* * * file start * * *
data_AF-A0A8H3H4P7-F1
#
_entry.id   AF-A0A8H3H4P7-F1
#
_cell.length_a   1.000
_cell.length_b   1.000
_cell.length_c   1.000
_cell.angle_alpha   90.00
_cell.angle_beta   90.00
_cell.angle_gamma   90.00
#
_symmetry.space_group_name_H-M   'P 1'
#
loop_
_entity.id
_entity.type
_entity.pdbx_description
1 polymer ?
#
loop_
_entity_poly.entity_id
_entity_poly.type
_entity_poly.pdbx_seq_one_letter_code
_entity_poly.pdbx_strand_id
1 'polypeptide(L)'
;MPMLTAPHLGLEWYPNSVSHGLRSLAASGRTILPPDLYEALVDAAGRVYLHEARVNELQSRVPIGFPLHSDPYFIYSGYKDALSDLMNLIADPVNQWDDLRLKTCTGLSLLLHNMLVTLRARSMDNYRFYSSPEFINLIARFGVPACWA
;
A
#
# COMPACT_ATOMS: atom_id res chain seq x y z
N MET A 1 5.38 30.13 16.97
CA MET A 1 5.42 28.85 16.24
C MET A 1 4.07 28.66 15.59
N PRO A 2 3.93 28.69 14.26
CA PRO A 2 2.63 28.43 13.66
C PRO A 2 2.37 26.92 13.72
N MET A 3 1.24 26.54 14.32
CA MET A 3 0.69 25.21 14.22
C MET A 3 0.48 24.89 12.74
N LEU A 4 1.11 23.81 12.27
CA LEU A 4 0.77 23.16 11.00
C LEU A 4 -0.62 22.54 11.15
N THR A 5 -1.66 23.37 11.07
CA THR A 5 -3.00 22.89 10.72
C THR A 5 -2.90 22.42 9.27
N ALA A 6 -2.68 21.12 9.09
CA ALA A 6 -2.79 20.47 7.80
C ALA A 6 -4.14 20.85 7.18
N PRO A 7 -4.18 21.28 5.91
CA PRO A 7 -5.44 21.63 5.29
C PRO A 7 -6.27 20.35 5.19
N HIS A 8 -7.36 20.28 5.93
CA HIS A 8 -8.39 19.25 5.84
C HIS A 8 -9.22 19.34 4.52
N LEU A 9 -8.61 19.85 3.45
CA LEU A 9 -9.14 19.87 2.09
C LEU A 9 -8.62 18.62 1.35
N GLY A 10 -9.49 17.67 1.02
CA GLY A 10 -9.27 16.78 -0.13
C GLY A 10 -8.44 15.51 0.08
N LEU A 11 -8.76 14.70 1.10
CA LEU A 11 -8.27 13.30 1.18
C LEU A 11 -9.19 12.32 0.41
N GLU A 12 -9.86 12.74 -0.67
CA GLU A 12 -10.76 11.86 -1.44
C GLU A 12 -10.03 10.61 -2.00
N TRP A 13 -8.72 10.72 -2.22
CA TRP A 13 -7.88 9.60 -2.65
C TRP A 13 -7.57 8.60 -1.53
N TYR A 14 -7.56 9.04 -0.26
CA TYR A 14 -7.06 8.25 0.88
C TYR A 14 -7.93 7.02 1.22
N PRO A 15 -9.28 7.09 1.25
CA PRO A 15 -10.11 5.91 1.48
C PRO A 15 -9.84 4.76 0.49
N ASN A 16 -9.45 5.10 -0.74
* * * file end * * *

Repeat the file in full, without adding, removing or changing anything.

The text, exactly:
data_AF-A0A8H3H4P7-F1
#
_entry.id   AF-A0A8H3H4P7-F1
#
_cell.length_a   1.000
_cell.length_b   1.000
_cell.length_c   1.000
_cell.angle_alpha   90.00
_cell.angle_beta   90.00
_cell.angle_gamma   90.00
#
_symmetry.space_group_name_H-M   'P 1'
#
loop_
_entity.id
_entity.type
_entity.pdbx_description
1 polymer ?
#
loop_
_entity_poly.entity_id
_entity_poly.type
_entity_poly.pdbx_seq_one_letter_code
_entity_poly.pdbx_strand_id
1 'polypeptide(L)'
;MPMLTAPHLGLEWYPNSVSHGLRSLAASGRTILPPDLYEALVDAAGRVYLHEARVNELQSRVPIGFPLHSDPYFIYSGYKDALSDLMNLIADPVNQWDDLRLKTCTGLSLLLHNMLVTLRARSMDNYRFYSSPEFINLIARFGVPACWA
;
A
#
# COMPACT_ATOMS: atom_id res chain seq x y z
N MET A 1 5.38 30.13 16.97
CA MET A 1 5.42 28.85 16.24
C MET A 1 4.07 28.66 15.59
N PRO A 2 3.93 28.69 14.26
CA PRO A 2 2.63 28.43 13.66
C PRO A 2 2.37 26.92 13.72
N MET A 3 1.24 26.54 14.32
CA MET A 3 0.69 25.21 14.22
C MET A 3 0.48 24.89 12.74
N LEU A 4 1.11 23.81 12.27
CA LEU A 4 0.77 23.16 11.00
C LEU A 4 -0.62 22.54 11.15
N THR A 5 -1.66 23.37 11.07
CA THR A 5 -3.00 22.89 10.72
C THR A 5 -2.90 22.42 9.27
N ALA A 6 -2.68 21.12 9.09
CA ALA A 6 -2.79 20.47 7.80
C ALA A 6 -4.14 20.85 7.18
N PRO A 7 -4.18 21.28 5.91
CA PRO A 7 -5.44 21.63 5.29
C PRO A 7 -6.27 20.35 5.19
N HIS A 8 -7.36 20.28 5.93
CA HIS A 8 -8.39 19.25 5.84
C HIS A 8 -9.22 19.34 4.52
N LEU A 9 -8.61 19.85 3.45
CA LEU A 9 -9.14 19.87 2.09
C LEU A 9 -8.62 18.62 1.35
N GLY A 10 -9.49 17.67 1.02
CA GLY A 10 -9.27 16.78 -0.13
C GLY A 10 -8.44 15.51 0.08
N LEU A 11 -8.76 14.70 1.10
CA LEU A 11 -8.27 13.30 1.18
C LEU A 11 -9.19 12.32 0.41
N GLU A 12 -9.86 12.74 -0.67
CA GLU A 12 -10.76 11.86 -1.44
C GLU A 12 -10.03 10.61 -2.00
N TRP A 13 -8.72 10.72 -2.22
CA TRP A 13 -7.88 9.60 -2.65
C TRP A 13 -7.57 8.60 -1.53
N TYR A 14 -7.56 9.04 -0.26
CA TYR A 14 -7.06 8.25 0.88
C TYR A 14 -7.93 7.02 1.22
N PRO A 15 -9.28 7.09 1.25
CA PRO A 15 -10.11 5.91 1.48
C PRO A 15 -9.84 4.76 0.49
N ASN A 16 -9.45 5.10 -0.74